9. Catherine

    Catherine Senior Member
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    What's more amazing is that students pay their (private) schools about 25k and the schools pay nothing for the 3rd and 4th year rotations. So, you pay about 100k for 2 years basic science education. At DO schools this is even more 'criminal' because the full time faculty / student ratio is much lower. Do the math ... a class of 150 generates about 4 million a year. So, from the combined 1 thro 4 years the income is about $16 million a year with only 2 years of basic science classes to run. And, we still hear that tuition fees only partly coves costs! These schools are either run by overpaid / greedy individuals or financial idiots. No wonder every Caribbean island wants a school. No wonder another two DO schools are due to open. That's one hell of a business model, and one that any MBA would laugh at.

    The reason you do so much 'scut' is because that is often a facilities motivation for taking in students. Remember, the school is not paying anyone to take you.

    It really is about time that the whole medical education system was changed. Most BS classes could be completed as part of u/grad. Then 1 year didactic and 2 years clinical - where students get what they are paying for - that is, being taught.
     
  10. Nanon

    Nanon An urban myth.
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  11. jen628

    jen628 Member
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    I think the responses in this thread are a perfect example that you will always be able to find people who can justify what they are going through. In fact, it is probably psychologically more healthy to view your "lot" with such submission.

    The other common occurence is for those who believe they are happy falling in line to view those who disagree with disdain, or at least intolerance. Otherwise, they might be tempted to actually consider another viewpoint-and this might lead to less comfort in their own position, or "lot."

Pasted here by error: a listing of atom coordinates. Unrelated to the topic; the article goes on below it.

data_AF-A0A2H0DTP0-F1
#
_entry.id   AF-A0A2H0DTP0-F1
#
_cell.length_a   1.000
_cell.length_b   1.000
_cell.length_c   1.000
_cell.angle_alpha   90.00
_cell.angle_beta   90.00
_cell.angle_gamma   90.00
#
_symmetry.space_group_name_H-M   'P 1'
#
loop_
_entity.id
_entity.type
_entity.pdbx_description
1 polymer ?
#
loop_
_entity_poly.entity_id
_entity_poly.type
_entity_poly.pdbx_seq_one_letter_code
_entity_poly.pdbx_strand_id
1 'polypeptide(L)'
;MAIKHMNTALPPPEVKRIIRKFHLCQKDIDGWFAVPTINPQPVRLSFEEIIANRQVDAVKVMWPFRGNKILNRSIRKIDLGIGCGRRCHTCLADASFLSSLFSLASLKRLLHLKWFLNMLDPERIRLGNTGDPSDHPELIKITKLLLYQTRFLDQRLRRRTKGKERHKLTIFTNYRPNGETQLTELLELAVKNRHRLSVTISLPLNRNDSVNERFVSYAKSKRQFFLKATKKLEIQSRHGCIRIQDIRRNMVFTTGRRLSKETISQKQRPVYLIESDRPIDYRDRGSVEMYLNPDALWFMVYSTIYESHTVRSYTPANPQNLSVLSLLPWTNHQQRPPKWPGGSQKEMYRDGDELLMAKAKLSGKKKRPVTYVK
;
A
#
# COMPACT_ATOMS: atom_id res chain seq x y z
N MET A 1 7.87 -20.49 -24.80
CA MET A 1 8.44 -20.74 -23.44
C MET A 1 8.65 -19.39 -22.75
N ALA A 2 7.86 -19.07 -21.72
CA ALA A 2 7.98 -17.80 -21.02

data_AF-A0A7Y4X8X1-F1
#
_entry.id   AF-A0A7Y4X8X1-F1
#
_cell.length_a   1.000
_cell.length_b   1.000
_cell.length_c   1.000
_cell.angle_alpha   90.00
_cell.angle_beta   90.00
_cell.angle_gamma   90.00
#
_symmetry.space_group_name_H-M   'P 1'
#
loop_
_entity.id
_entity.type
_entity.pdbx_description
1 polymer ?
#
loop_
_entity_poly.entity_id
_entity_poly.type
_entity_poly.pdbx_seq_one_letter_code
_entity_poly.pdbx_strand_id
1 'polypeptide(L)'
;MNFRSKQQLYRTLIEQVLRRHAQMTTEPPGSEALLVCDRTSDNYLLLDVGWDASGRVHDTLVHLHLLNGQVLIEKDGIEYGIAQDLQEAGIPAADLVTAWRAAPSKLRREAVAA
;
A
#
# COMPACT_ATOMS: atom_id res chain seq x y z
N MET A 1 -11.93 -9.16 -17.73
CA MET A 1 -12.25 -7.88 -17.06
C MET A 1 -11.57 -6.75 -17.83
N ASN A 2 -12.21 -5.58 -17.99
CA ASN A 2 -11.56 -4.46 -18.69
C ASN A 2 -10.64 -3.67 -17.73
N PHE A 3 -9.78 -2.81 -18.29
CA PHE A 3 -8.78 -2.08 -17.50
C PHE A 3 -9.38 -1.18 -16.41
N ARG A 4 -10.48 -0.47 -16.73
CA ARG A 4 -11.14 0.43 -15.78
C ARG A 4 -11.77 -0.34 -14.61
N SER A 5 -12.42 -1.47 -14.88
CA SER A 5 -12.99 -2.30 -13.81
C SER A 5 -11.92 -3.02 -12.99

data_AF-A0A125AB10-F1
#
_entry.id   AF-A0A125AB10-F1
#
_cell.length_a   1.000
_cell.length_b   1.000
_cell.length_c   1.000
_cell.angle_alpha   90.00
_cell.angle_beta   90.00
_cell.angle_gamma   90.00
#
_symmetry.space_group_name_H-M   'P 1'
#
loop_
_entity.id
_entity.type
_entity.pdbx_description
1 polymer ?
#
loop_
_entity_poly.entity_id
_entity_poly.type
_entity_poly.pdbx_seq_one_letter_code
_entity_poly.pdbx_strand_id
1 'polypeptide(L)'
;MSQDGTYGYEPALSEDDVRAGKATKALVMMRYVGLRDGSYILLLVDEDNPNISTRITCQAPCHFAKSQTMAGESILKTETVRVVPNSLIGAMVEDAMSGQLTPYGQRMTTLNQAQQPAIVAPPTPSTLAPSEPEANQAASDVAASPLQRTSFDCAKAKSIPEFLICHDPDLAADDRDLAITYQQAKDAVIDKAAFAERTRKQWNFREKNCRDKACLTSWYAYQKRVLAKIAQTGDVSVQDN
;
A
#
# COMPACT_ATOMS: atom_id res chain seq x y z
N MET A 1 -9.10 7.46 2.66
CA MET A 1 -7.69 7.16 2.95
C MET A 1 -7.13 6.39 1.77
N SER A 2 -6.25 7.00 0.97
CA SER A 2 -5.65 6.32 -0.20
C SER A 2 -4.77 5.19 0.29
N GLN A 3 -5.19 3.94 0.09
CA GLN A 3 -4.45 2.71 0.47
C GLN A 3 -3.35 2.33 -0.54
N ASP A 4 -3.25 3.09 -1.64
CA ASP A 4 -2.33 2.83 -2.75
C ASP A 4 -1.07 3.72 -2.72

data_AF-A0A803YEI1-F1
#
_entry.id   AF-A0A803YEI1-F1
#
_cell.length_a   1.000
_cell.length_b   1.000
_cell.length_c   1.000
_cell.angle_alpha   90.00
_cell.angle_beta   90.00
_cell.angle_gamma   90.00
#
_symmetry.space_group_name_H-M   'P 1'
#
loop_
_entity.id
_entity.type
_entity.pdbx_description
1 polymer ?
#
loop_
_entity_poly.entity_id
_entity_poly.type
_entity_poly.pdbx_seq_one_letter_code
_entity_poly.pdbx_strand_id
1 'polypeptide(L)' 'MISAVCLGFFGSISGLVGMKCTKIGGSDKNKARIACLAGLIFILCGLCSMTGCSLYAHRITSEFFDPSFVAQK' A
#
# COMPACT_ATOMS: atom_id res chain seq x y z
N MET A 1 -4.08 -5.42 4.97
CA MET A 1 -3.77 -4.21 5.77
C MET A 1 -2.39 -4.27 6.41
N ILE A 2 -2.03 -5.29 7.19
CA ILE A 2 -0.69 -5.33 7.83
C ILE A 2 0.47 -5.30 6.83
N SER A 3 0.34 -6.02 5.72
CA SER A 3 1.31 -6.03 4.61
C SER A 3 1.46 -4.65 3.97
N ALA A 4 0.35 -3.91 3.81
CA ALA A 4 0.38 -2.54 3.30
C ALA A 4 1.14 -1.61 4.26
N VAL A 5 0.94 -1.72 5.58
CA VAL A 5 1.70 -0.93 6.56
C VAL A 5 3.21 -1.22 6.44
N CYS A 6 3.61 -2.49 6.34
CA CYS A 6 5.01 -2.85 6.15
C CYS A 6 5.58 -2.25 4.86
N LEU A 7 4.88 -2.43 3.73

It's the same story throughout history.

    tonem, I'm sorry you misunderstood my post. That really sucks.
     
  12. tonem

    tonem Senior Member
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    no problem
     
  13. freshity

    freshity Senior Member
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    jen, i think your projecting too much of your own misunderstanding into trying to analyze why some of us aren't losing our minds over the hours issue in third year. have you ever thot that for some of us it's just not that big of a deal? it's that simple. if you implore "us" to try to understand that not everyone feels the way we do, then by necessity you must see that we don't all feel the way you do. and i don't hate you for it--but i'm not going to wrap my head (and my pop psychology) around why you feel the way you do. i'll leave that up to you. personally, i've lived thru a lot worse things than getting to a hospital at 5:00am everyday--no matter how many days i have to do that. and it's not just me: people feel this way for a variety of reasons. i never want to lose this sense of perspective. on my worst day in the hospital, at least 100 of the people i come in contact would trade places with me in a heartbeat. i'll never shake that feeling. it's not even all that profound. call it what you want, tho. i hope it turns out well for you.

    i'm in medical school. i want this. to me, it's pretty awesome. the hours???!!!!
     
  14. Billie

    Billie An Oldie but a Goodie...
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    I'm with you Fre****y. But I think my perspective comes from the "old person" perspective :D Since I was out working for 10 years before I started med school, I had plenty of 60+ hour weeks (I admit I don't think I approached 80-100 hour weeks) as just a secretary. So being in surgery at 7am, and having to be at the hospital even earlier than that is just not that big of a deal. I am definitely a night owl and prefer sleeping in, but oh well. You do what you have to do.

    And your final line speaks to me as well...

     
  15. bear

    bear Junior Member
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    Everybody!

    Let's not get all global and moralistic about this. My point was only that the 3rd year--a time for learning lots and lots of medicine (and then demonstrating that knowledge on difficult shelf exams) is structured so that conditions make it really hard to achieve that goal!

    We are not yet being paid to do a job--we are paying to learn. Although of course that includes learning about what it's going to be like to practice later (the rewards of helping as well as the frustrations of feeling exhausted and racing the clock), most of it still needs to be about hard-core medicine (signs, sympts, differentials, tx...).

    Nanon, I couldn't agree more that the "runny noses" I mentioned were attached to actual people (kids, in fact--it was peds outpatient). I would love to be able to see them regularly, and to get to know them and their families. There are 2 things that make it hard to see past the runny noses: One is having only 5 minutes with each patient, and of course this is part of practicing medicine these days--a huge frustration for everyone, but a fact of the profession now, and anyway NOT what I was writing about.